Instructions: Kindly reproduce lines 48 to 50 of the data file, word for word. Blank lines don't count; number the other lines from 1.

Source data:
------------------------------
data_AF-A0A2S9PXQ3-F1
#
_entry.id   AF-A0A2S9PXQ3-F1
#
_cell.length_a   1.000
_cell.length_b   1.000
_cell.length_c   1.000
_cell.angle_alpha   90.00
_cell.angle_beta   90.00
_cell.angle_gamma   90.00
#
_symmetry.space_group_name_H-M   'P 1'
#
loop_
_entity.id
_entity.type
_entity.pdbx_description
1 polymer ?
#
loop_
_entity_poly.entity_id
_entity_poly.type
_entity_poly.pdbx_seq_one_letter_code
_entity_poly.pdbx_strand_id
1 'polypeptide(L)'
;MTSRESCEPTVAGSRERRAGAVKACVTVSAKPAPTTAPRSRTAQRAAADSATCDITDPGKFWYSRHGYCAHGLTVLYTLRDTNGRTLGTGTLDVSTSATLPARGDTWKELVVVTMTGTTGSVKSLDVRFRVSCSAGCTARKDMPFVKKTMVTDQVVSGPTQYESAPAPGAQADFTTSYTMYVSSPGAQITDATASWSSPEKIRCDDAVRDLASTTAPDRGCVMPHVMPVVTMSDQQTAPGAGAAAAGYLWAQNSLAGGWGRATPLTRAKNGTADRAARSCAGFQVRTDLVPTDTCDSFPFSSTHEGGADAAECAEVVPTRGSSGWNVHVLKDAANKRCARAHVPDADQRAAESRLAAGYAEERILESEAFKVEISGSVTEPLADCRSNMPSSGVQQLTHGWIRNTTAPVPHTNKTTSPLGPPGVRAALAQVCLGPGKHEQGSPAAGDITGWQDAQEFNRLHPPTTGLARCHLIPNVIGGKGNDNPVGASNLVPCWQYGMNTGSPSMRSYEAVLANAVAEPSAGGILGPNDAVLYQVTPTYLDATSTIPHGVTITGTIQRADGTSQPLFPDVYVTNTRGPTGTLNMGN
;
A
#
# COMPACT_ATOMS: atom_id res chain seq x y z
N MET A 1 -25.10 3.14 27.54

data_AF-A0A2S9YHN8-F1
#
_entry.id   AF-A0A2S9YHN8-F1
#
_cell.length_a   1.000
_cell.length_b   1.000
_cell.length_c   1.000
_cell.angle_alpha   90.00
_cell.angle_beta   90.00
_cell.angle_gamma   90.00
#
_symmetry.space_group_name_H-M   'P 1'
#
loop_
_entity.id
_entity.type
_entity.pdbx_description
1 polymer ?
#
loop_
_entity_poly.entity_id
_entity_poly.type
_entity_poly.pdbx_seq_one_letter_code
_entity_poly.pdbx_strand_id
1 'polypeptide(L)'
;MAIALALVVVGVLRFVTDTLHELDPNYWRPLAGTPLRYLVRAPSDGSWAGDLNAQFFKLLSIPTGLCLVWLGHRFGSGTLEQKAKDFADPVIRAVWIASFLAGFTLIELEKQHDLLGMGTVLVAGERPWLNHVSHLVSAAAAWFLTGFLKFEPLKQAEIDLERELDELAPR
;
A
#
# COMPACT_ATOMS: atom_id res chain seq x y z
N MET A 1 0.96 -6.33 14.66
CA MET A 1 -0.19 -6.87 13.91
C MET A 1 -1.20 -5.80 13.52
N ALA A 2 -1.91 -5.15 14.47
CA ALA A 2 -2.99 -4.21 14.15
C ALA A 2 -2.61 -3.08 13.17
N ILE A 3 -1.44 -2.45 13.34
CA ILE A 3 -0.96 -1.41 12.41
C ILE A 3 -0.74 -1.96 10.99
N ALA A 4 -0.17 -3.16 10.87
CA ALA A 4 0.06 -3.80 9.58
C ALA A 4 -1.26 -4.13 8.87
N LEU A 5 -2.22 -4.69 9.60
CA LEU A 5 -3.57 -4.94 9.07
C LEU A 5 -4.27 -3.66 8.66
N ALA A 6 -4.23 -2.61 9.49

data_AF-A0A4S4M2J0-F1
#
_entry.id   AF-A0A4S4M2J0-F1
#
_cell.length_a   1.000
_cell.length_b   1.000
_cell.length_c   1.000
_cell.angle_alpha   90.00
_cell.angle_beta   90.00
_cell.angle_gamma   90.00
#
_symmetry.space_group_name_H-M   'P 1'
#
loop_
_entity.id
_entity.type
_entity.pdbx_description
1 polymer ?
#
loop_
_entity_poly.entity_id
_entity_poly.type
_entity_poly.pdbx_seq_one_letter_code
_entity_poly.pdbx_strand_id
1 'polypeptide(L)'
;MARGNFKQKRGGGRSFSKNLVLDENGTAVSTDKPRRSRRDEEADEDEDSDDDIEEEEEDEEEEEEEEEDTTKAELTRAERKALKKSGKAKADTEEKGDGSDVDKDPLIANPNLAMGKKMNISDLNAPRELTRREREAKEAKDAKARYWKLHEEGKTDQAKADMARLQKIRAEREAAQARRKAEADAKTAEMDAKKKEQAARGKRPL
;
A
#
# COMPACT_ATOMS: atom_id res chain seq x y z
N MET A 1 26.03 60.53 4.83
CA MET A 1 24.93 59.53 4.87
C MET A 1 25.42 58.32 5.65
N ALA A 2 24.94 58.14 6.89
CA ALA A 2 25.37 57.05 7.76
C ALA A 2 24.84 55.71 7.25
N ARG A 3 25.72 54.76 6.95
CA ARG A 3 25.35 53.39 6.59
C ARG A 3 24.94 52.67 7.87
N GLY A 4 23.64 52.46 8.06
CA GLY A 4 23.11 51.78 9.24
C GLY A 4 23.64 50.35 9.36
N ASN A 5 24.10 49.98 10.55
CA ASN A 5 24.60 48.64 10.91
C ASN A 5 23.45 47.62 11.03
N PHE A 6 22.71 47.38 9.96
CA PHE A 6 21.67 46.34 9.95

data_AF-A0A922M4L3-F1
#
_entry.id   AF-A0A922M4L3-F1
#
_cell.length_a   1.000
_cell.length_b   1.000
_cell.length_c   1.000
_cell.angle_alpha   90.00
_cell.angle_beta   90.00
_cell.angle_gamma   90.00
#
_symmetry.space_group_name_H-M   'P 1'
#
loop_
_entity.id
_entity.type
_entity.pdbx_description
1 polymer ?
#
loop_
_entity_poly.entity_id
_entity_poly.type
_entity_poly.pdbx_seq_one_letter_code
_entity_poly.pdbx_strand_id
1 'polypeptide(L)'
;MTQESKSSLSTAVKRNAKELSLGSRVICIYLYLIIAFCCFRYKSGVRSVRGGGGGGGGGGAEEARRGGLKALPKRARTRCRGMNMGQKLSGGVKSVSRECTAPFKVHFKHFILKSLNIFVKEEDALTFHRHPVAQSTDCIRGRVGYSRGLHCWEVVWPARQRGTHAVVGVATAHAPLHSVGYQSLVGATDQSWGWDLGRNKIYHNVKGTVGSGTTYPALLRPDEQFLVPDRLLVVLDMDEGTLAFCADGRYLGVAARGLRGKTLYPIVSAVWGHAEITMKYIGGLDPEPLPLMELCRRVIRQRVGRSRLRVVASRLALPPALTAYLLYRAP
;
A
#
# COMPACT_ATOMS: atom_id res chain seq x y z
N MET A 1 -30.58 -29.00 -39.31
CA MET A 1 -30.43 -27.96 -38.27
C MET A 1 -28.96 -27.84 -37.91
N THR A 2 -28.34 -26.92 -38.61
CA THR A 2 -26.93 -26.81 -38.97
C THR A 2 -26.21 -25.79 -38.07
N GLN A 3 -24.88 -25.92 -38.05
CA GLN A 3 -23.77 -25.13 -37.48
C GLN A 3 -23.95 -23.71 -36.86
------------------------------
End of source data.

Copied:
_entity.pdbx_description
1 polymer ?
#